Local government of Madhya Pradesh (MP), as other local governments in India, faced challenges in implementing widespread vaccines coverage. Low awareness, cultural challenges, and logistical issues (lack of stock visibility, human resources management, poor record keeping of stock and sharing across levels) were major factors. The local government of MP, with the support from national level government through the Ministry of Health and Family Welfare’s Universal Immunisation Programme and the United Nations Development Programme (UNDP), optimised human resources capacity and utilised technology to tackle the challenges.

The support led to the development of eVIN. Electronic Vaccine Intelligence Network (eVIN) is a smart mobile application for digitising vaccine logistics. It is developed as an online real-time vaccine logistics management system. eVIN provides complete information on the vaccines stocks and flows through data entered by the healthcare workers (called as vaccines/cold chain handlers) and temperature recorded by SIM-enabled temperature loggers attached to cold chain equipment. Workers fed data on a daily basis to be circulated at division, state, and national level; while temperature was recorded every ten minutes and updated at an interval of sixty minutes on the server via GPRS. In case of temperature breach, the logger alarmed and sent email and SMS alerts to responsible technicians and managers, enabling them to make necessary action. eVIN, thus, enabled healthcare workers to effectively manage vaccine logistics and gain real-time information on availability of vaccines, important information for successful vaccine coverage.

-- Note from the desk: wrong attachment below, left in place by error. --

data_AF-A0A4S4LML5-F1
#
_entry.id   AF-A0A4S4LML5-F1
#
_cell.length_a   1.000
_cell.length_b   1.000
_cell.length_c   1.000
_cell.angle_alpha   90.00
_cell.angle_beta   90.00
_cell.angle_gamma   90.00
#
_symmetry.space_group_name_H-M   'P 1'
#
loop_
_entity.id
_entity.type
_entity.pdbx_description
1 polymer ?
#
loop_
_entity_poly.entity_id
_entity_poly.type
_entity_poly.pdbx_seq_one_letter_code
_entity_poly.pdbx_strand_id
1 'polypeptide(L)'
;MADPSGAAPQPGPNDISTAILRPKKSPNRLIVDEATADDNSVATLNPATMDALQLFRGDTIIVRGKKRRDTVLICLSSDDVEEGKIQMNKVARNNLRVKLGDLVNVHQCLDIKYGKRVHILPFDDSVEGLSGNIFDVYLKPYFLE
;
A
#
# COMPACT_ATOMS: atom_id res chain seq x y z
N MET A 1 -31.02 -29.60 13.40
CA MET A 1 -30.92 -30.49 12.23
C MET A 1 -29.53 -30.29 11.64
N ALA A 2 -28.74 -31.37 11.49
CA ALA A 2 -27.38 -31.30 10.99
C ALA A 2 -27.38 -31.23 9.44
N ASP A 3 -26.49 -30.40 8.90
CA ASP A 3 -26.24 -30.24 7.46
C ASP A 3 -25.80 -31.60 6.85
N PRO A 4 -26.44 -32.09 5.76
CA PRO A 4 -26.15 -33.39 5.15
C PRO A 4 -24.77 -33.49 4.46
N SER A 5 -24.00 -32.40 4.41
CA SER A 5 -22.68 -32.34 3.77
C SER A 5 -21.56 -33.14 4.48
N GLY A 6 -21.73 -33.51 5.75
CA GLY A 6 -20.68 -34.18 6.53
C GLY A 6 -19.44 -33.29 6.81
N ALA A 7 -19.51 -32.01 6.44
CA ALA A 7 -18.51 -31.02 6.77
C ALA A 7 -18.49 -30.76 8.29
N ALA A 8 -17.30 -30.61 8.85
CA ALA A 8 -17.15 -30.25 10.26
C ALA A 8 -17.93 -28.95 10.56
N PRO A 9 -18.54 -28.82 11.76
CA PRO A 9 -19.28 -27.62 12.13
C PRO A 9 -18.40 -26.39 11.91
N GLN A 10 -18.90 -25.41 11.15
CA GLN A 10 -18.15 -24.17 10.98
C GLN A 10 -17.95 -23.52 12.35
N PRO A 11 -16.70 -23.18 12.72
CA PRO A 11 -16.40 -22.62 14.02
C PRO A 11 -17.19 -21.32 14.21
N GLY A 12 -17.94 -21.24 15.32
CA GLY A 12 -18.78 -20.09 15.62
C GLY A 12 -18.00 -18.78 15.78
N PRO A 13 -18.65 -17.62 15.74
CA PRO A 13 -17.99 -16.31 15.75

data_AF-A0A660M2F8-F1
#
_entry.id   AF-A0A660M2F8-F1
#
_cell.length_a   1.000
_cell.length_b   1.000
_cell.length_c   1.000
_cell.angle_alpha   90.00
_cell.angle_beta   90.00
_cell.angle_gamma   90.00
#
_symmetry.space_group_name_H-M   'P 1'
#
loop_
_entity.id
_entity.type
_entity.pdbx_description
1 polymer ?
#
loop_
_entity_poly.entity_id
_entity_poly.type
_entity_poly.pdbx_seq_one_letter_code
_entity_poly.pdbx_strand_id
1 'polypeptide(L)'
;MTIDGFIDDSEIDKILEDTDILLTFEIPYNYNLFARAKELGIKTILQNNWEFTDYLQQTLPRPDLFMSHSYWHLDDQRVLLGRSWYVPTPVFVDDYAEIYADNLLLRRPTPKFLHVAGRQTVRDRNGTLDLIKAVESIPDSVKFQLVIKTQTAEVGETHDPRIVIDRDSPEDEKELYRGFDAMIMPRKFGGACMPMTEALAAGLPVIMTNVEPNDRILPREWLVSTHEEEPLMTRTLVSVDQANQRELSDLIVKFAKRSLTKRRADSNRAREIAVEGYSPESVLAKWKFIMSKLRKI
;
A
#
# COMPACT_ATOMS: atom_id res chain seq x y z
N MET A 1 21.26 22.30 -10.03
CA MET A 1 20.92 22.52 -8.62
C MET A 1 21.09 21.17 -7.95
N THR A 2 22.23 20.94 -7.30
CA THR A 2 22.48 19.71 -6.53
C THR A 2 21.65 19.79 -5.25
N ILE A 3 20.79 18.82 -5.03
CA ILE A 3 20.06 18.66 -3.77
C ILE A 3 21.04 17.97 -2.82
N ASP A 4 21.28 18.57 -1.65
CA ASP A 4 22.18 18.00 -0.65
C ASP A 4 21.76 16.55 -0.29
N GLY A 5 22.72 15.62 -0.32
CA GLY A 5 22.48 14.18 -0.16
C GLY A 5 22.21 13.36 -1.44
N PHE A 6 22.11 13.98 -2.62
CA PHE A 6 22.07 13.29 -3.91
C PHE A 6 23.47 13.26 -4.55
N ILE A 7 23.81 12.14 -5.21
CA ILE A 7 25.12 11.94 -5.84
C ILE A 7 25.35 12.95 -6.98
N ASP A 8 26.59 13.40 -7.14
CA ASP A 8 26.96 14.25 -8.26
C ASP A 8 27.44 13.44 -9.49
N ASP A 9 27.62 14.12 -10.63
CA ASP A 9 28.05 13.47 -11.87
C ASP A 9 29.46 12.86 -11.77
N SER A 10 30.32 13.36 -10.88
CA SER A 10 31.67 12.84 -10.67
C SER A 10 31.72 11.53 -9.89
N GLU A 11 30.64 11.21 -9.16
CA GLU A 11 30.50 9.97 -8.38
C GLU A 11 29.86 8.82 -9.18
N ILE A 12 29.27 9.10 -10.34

At the frontline, the healthcare workers were trained technically and engaged in a campaign to face challenges from local people (who tend to avoid vaccines) and access to difficult terrains (particularly in MP are tribal dominated Alirajpur and Jhabua districts). Among the many innovations made in MP to encourage local people to take the vaccine, using the vaccine analogy, were the use of henna on women’s hands and rangoli outside homes to signify protection.

More than 200,000 children and approximately 50,000 pregnant women were covered. The number was achieved by the works of 24,218 field workers and 10,050 supervisors. Local government of MP targeted 100 per cent immunisation coverage; and this programme recorded 75 per cent of coverage in the first year.

The success of the practice has earned MP an award at the National Summit on Good and Replicable Practices and Innovations in the Public Healthcare System. This has also allowed MP to become a role model of the practice that has been encouraged to be replicated in other areas in India.

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